‘We have killed Him’

By Alex P. Vidal

“You cannot believe in God until you believe in yourself.”

–Swami Vivekananda

TO begin with, do we trust atheist Friedrich Nietzsche?

If yes, let’s continue. If no, let’s stop reading. If in doubt we may ignore this article or just shrug it off.

This controversial German philosopher who reportedly went insane the years before he died (that’s according to some book authors), wrote The Gay Science, which was brilliantly translated by Walter Kaufmann.

A collection and poems of 383 aphorisms in five sections that interrogates the origins of the history of knowledge, it’s a book that celebrates philosophy as a medicine capable of renewing the intellect, and perceives of philosophy as inspiration for individual freedom, and thereby capable of renewing culture. Nietzsche added a “Book Fifth” to The Gay Science five years later after it was published in 1882.

Nietzsche declares God “is dead” in this book; and in a hope to shake European thinking from the cloak of religion, he proposes arrests intellectual development and weighs the individual mind down with received knowledge that in part incorrectly describes man as flawed while presenting false virtues that only deepen human suffering.


Calling The Gay Science as “the most personal of all my books”, It was here that Nietzsche first proclaimed the death of God–to which a large part of the book is devoted–and his doctrine of the eternal recurrence.

Kaufmann’s commentary brings to life Nietzsche as a human being and illuminates his philosophy with its many quotations from previously untranslated letters.

The book contains some of Nietzsche’s most sustained discussions of art and morality, knowledge and truth, the intellectual conscience and the origin of logic.

Most of the book was reportedly written just before Thus Spoke Zarathustra, the last part five years later, after Beyond Good and Evil.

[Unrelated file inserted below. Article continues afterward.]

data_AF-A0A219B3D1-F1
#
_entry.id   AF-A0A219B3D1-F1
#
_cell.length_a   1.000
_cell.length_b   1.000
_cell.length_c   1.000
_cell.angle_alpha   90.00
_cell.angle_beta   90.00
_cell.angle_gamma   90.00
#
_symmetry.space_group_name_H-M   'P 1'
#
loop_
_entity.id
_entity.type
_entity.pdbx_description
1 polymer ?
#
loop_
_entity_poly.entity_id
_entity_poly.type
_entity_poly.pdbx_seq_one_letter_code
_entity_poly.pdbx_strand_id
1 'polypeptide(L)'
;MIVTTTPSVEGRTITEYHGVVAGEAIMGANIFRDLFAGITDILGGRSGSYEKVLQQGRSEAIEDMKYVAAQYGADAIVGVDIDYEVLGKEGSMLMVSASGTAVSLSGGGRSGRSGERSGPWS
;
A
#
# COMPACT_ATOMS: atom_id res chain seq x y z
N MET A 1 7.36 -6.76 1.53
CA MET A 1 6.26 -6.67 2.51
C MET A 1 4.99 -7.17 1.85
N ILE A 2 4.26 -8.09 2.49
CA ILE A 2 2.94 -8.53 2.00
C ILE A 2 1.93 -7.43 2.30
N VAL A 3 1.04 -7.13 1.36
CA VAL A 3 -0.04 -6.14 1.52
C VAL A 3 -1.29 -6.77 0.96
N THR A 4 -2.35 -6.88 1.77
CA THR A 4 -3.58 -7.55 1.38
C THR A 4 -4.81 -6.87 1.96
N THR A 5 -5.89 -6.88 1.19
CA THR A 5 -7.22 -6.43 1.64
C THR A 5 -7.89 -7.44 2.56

We encounter Zarathustra in these pages as well as many of Nietzsche’s most interesting philosophical ideas and the largest collection of his own poetry that he himself ever published.

Kaufmann’s English versions of Nietzsche represent one of the major translation enterprises of our time.

Interestingly, he is the first philosopher to have translated Nietzsche’s major works, and never before has a single translator given us so much of Nietzsche.


In this sensational book, Nietzsche adopts the provincial, plainspoken voice of a medieval poet.

After opening the book with a prelude in verse that alludes to the artful, playful, brief episodes to come, Nietzsche proposes that “human knowledge still suffers from the millennium-old herd instinct of preserving the species.”

This need for survival gave rise to the human invention of gods, as evidenced by the Greeks.

Centuries of Christian indoctrination and rule reportedly lead to a corrupt, vulgar church and community in the Middle Ages. Nietzsche writes into this history and against it.

This is why Nietzsche declares God is dead, just before halfway through the book. The question of how to go on, and interrogations deconstructing various European developments (the Lutheran Reformation, science, Kant, Hegel, and Schopenhauer) culminate in Nietzsche’s ideal of a Dionysian pessimist, the character of Zarathustra, an argonaut of knowledge. This interrogation occupies the second half of The Gay Science.


September 5, the first Monday in September, is Labor Day or an annual celebration of the social and economic achievements of American workers.

The holiday is rooted in the late nineteenth century, when labor activists pushed for a federal holiday to recognize the many contributions workers have made to America’s strength, prosperity, and well-being.

Before it was a federal holiday, Labor Day was recognized by labor activists and individual states, according to the U.S. Department of Labor.

After municipal ordinances were passed in 1885 and 1886, a movement developed to secure state legislation. New York was the first state to introduce a bill, but Oregon was the first to pass a law recognizing Labor Day, on February 21, 1887.

During 1887, four more states—Colorado, Massachusetts, New Jersey and New York—passed laws creating a Labor Day holiday. By the end of the decade Connecticut, Nebraska and Pennsylvania had followed suit. By 1894, 23 more states had adopted the holiday, and on June 28, 1894, Congress passed an act making the first Monday in September of each year a legal holiday.

(The author, who is now based in New York City, used to be the editor of two local dailies in Iloilo. – Ed)